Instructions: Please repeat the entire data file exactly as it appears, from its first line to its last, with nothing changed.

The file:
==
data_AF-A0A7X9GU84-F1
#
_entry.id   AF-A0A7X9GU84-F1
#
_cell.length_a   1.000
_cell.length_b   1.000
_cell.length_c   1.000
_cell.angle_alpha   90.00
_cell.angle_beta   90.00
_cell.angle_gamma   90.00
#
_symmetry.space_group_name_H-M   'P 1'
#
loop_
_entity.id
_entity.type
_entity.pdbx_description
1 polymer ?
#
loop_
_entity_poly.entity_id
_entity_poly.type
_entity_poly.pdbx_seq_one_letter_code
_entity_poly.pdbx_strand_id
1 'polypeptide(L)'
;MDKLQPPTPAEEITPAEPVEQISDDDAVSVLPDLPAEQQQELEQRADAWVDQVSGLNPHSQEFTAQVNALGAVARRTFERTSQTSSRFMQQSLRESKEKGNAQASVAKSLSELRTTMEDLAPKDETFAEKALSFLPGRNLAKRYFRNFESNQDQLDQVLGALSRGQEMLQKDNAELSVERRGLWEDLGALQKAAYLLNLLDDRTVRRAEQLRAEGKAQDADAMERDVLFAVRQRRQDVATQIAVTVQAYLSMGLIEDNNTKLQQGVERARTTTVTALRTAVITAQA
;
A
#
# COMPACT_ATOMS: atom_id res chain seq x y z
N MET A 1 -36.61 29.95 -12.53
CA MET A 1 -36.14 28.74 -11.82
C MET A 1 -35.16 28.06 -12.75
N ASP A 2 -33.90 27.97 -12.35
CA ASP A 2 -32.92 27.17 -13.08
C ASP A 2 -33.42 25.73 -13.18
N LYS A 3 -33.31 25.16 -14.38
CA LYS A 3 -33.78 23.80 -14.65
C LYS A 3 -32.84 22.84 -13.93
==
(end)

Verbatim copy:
data_AF-A0A7X9GU84-F1
#
_entry.id   AF-A0A7X9GU84-F1
#
_cell.length_a   1.000
_cell.length_b   1.000
_cell.length_c   1.000
_cell.angle_alpha   90.00
_cell.angle_beta   90.00
_cell.angle_gamma   90.00
#
_symmetry.space_group_name_H-M   'P 1'
#
loop_
_entity.id
_entity.type
_entity.pdbx_description
1 polymer ?
#
loop_
_entity_poly.entity_id
_entity_poly.type
_entity_poly.pdbx_seq_one_letter_code
_entity_poly.pdbx_strand_id
1 'polypeptide(L)'
;MDKLQPPTPAEEITPAEPVEQISDDDAVSVLPDLPAEQQQELEQRADAWVDQVSGLNPHSQEFTAQVNALGAVARRTFERTSQTSSRFMQQSLRESKEKGNAQASVAKSLSELRTTMEDLAPKDETFAEKALSFLPGRNLAKRYFRNFESNQDQLDQVLGALSRGQEMLQKDNAELSVERRGLWEDLGALQKAAYLLNLLDDRTVRRAEQLRAEGKAQDADAMERDVLFAVRQRRQDVATQIAVTVQAYLSMGLIEDNNTKLQQGVERARTTTVTALRTAVITAQA
;
A
#
# COMPACT_ATOMS: atom_id res chain seq x y z
N MET A 1 -36.61 29.95 -12.53
CA MET A 1 -36.14 28.74 -11.82
C MET A 1 -35.16 28.06 -12.75
N ASP A 2 -33.90 27.97 -12.35
CA ASP A 2 -32.92 27.17 -13.08
C ASP A 2 -33.42 25.73 -13.18
N LYS A 3 -33.31 25.16 -14.38
CA LYS A 3 -33.78 23.80 -14.65
C LYS A 3 -32.84 22.84 -13.93